The following quote from a discussion board on population issues, although from an american, is very revealing of the effect seeing through the markets shallow attempts to manipulate our higher needs and purposes has had and it’s impact on the procreation urge.
“I am 44, on the very end of the baby boomer curve. I decided not to have children at age 9. American consumer culture seemed so dysfunctional to me I couldn’t bring myself to subject other innocent human beings to it. When family togetherness amounts to watching your parents watch television, and the definition of success is the brand of car you drive, hopelessness about the deeper meaning of human experience and potential can snuff the procreative urge out of anybody.”
Emerging Metaphors for the Future
As hinted at in the previous quote, meaning and purpose pursued through self actualization has emerged as one of the key main issues as we accelerate towards a new era. Many commentators across as many disciplines have zeroed in on this one issue as a kind of make or break variable for humanity. Larry Prussick, director of the IBM Learning Research Group, when asked, after his keynote address to the Hawaii International Conference on Systems Sciences,“what is the next frontier beyond the Learning Organization,” answered unequivocally, that the “Pursuit of meaning and spiritual fulfillment” was clearly the next agenda if we are to successfully navigate the enormous changes ahead.
As young Korean adults increasingly choose to not marry and or not have children, or even worse fall victim to a kind of self imposed autism through addiction to online games and the internet, you must begin to look beyond the quick fix of incentives and legislation to a much more fundamental shift in world view for the solution. Korea is already well ahead of many nations in this respect, in that existing strategies and experiments such as uCity already point in the direction of an openness to integrating technologies in new ways to create experimental new models of communities of the future.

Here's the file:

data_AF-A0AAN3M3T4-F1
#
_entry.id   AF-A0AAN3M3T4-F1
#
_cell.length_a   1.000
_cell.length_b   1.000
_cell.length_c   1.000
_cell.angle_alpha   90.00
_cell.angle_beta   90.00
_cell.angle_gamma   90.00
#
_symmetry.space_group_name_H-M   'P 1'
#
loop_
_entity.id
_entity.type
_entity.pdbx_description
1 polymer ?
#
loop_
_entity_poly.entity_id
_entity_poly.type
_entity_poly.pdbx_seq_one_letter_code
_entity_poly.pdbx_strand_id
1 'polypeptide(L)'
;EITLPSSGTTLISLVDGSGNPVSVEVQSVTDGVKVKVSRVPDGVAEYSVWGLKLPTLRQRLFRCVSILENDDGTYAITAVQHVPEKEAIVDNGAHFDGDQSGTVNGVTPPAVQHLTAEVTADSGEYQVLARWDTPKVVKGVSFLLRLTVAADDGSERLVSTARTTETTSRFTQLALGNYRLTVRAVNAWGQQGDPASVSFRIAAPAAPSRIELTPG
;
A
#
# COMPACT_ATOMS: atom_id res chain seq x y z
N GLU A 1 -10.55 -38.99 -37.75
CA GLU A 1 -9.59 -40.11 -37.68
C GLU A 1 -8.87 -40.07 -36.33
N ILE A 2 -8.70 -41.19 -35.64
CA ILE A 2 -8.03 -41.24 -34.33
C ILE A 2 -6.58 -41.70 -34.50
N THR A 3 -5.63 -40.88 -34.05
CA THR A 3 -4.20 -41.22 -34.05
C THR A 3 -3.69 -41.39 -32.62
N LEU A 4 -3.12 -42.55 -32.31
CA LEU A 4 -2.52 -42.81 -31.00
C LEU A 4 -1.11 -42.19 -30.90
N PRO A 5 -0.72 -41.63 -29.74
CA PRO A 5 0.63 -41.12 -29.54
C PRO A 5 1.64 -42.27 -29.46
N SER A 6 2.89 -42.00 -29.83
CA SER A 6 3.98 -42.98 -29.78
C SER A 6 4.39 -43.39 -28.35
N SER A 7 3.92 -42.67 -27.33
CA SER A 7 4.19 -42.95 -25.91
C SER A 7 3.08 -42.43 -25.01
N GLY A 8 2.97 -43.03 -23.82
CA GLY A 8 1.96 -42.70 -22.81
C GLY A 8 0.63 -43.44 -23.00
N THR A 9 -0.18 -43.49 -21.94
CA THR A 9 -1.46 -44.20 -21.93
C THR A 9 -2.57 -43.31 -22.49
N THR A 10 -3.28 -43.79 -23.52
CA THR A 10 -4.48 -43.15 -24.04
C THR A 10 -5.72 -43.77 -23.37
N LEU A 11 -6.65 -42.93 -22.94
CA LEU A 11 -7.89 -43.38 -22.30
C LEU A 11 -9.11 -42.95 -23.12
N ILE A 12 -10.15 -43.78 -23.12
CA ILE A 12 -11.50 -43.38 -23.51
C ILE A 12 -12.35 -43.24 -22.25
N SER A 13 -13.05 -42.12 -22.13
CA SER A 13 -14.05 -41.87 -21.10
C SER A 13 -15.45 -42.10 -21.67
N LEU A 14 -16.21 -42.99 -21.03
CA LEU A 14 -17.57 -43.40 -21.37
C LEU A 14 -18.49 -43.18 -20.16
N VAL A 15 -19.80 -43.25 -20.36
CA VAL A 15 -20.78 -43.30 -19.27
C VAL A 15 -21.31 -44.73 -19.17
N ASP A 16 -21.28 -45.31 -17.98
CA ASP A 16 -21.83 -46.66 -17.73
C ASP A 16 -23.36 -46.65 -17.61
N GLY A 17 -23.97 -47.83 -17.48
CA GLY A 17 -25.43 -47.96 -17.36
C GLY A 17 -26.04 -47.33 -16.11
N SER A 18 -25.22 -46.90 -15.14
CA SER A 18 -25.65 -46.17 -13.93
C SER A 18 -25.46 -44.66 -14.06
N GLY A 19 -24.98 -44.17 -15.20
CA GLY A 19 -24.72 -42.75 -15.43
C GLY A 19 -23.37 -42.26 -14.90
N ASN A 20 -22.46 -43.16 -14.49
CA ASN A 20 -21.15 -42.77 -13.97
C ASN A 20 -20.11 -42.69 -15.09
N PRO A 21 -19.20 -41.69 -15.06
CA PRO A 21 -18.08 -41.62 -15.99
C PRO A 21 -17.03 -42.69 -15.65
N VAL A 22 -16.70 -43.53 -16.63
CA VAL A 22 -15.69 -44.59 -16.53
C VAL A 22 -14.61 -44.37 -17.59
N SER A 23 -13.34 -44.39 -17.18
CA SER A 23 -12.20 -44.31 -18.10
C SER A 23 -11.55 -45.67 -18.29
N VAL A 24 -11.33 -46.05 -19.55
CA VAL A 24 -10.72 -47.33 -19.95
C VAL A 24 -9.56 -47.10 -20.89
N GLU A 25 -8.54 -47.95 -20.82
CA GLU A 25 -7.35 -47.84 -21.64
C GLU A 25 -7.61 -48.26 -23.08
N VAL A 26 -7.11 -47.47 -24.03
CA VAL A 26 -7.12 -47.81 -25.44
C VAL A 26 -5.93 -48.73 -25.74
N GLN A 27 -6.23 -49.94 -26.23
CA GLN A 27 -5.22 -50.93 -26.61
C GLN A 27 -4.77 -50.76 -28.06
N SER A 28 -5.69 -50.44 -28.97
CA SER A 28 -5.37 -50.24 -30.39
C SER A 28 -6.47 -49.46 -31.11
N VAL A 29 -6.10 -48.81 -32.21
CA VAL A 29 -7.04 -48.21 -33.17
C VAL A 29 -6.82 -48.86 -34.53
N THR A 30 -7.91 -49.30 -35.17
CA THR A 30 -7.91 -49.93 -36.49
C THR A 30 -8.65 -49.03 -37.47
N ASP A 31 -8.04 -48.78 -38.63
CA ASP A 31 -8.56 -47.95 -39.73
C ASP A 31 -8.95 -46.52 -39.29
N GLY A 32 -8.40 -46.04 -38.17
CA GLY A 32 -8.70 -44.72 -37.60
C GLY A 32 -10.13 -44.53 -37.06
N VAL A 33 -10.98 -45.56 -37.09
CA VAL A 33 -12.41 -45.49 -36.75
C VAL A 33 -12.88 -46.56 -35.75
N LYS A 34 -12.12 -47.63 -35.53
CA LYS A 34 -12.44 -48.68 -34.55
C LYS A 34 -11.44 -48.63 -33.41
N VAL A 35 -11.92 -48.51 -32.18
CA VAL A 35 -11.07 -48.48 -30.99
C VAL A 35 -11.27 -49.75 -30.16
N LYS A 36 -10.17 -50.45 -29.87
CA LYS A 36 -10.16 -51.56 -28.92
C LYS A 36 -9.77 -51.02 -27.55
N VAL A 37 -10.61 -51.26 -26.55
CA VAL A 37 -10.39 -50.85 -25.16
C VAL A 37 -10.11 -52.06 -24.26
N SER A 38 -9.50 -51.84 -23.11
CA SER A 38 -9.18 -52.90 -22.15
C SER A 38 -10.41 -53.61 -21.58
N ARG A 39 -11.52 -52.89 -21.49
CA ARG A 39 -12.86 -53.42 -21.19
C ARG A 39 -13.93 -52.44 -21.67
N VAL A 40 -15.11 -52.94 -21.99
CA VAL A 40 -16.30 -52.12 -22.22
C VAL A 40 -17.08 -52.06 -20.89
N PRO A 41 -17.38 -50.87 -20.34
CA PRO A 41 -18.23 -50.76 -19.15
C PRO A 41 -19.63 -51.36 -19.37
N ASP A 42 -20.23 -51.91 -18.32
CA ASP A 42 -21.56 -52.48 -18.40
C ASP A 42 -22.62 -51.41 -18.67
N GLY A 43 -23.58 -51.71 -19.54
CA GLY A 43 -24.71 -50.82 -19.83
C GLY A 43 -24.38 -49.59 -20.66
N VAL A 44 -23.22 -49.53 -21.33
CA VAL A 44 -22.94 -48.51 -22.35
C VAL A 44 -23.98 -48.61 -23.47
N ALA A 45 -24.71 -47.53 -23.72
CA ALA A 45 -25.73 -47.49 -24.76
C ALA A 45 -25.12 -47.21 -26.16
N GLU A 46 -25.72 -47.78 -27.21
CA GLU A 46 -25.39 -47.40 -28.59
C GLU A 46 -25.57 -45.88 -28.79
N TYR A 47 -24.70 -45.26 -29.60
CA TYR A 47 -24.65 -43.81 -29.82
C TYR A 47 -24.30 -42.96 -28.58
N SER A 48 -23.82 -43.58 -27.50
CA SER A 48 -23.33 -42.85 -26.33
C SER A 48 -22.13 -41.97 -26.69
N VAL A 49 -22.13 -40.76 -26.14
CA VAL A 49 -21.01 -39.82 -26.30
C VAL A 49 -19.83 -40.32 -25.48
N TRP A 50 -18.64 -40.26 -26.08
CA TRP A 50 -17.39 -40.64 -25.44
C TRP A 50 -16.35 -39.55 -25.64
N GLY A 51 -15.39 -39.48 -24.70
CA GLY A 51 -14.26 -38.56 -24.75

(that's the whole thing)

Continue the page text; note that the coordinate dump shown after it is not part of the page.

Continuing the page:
In the next section we look at New Urbanism as one possible template to use in integrating all these insights into a viable strategy for the design and implementation of new experimental communities for the future.
New urbanism is a fairly recent phenomena in urban planning stemming from the work of Andres Duaney in the late 1980s. New Urbanism addresses issues of livability, diversity, and density of urban spaces managed and optimized for a sense of community with a minimum of reliance on automobiles. This seemingly simplistic approach to planning has proven itself time and again to be a surefire success, building strong and vibrant communities of people who truly enjoy living in them. If anything, these developments have been a victim of their own success, through rapid gentrification and price appreciation due to the desirability of living there.
While New Urbanism is an excellent building block from which to start in the re-conceptualization of the City, it must be remembered that it is also lacking in several vital features.
Problems with New Urbanism